Bringing the ISO 9001 into the humanitarian world

by Marijke Peys | Oct 15, 2020 | Thought Pieces

Customer centricity is the new buzzword, when talking about providing services. The Red Cross and Red Crescent Movement uses the approach of ‘Community engagement and accountability (CEA)’ to include participation of the ‘customer’, the beneficiary. But is this enough? CEA introduces ways to listen more and to act on the feedback of the communities involved in the operations. Without a doubt CEA is an added value in programming, but for us, the Restoring Family Links unit of the Belgian Red Cross-Flanders, there is another first step to go when talking about customer centricity. You need to check first whether your organization and processes are focused on the beneficiary. And that is exactly what an ISO 9001 certificate stands for and why we went for it!

What is ISO 9001?

ISO 9001 ( sets out the criteria for a quality management system that is focused on giving the beneficiary the service he/she wants, in line with the strategy of the organisation. Many humanitarian organizations are focused on the beneficiary, but the formalized process-based approach to achieve this can often be improved. Obtaining an ISO certificate is not an objective but a means by which you force your organization to work more formalized and process-oriented and by this you can work on a more stable and institutionalised way towards customer centricity.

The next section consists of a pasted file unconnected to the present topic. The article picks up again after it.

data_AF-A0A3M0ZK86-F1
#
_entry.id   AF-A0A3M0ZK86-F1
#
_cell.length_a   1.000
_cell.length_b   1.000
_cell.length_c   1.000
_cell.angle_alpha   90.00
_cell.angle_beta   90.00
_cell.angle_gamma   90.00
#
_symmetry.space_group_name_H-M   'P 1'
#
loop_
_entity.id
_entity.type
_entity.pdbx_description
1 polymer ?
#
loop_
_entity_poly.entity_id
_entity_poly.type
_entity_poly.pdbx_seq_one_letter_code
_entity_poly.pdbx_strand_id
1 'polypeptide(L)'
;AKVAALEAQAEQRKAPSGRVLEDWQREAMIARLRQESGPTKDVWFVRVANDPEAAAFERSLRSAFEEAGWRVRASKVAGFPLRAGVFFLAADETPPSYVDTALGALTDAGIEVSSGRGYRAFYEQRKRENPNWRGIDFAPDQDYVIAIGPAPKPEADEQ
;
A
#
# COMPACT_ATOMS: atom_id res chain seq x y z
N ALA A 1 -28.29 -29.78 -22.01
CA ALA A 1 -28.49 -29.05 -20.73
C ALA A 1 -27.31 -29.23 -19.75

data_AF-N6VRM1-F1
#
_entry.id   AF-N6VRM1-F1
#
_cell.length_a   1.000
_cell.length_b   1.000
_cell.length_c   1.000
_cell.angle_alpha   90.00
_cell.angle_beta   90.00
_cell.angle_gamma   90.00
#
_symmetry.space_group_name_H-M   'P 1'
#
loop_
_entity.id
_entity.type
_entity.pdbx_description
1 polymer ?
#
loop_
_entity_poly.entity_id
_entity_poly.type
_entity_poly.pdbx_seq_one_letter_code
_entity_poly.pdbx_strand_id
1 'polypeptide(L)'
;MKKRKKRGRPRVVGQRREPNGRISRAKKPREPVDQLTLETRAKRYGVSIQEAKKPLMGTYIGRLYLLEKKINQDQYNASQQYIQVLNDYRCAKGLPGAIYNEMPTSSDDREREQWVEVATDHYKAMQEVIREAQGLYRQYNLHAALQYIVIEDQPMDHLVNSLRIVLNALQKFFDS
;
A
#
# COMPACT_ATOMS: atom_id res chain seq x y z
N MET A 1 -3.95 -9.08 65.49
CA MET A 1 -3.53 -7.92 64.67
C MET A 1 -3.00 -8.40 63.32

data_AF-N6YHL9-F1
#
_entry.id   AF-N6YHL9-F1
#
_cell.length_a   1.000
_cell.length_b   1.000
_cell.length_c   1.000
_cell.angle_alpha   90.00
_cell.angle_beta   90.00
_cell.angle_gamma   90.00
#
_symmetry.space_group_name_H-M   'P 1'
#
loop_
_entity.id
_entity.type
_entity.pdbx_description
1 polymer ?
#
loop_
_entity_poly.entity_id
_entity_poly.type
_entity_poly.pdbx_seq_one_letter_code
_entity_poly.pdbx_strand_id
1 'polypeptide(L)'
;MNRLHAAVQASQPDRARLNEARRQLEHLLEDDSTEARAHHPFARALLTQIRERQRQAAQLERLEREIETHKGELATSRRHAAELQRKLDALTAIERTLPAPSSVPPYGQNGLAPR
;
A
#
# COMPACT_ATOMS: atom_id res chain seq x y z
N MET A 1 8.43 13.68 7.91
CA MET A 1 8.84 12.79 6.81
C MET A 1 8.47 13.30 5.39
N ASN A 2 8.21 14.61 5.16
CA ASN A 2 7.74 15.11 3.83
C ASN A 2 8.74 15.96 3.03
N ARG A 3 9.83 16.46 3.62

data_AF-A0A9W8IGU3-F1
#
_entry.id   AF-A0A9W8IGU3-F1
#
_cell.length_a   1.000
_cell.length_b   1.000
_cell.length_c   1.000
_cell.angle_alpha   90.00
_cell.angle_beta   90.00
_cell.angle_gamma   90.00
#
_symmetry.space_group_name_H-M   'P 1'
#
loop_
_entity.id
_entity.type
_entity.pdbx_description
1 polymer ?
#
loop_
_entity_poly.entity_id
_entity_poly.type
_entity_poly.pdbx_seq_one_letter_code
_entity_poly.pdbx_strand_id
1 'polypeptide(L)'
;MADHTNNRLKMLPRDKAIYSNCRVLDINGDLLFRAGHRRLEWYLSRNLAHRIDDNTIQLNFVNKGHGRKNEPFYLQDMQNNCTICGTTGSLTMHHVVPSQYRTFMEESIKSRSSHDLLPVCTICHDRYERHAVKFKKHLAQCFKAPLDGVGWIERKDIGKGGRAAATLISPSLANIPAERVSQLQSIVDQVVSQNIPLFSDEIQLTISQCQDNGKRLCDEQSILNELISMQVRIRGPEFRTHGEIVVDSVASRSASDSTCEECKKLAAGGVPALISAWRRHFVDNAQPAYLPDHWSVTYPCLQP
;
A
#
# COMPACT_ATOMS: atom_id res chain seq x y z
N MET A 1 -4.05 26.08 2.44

It relies on seven quality management principles (QMP)

  • Customer focus
  • Leadership
  • Engagement of people
  • Process approach
  • Improvement
  • Evidence-based decision making
  • Relationship management

In the past, nobody thought about the humanitarian sector when discussing these kind of quality certifications, it was more linked to dry bureaucracy in the product-sector. Gradually the focus shifted from the end-product to the process of quality management itself, making it more fit also to the service sector such as that of the Belgian Red Cross-Flanders, Restoring Family Links unit. The quality system the ISO norm provides has a costumer centred approach with attention for leadership, learning and improvement.

How to link the ISO principles with Restoring Family Links (RFL)

Customer focus

The core mission of the Red Cross and thus Belgian Red Cross-Flanders is helping the most vulnerable people. They deserve qualitative help, which makes us vigilant to their needs in an ever-changing world. Restoring Family Links is a mandate activity, one that is existing for a long period. You might thus assume that we know what the clients or stakeholders needs are. The ISO however makes sure that you take time to repeatedly reflect on these needs and the expectations of both customers and other stakeholders, taking into account their feedback on the activities. These reflections guide decisions and point out where improvements can be made. Not only is this helpful to reach the expectations of the clients, but also it improves efficiency which leaves time to help more people.


The ISO system let you reflect on your organizational structure and culture. The choice for quality within Restoring Family Links is therefore driven by organizational positioning. Belgian Red Cross-Flanders is a contemporary organization, anchoring all of her activities in modern management principles, which are described in five-year strategic plans, translated into quantifiable goals and projects. Restoring Family Links translate these goals in an own Roadmap with its own quantifiable goals and projects.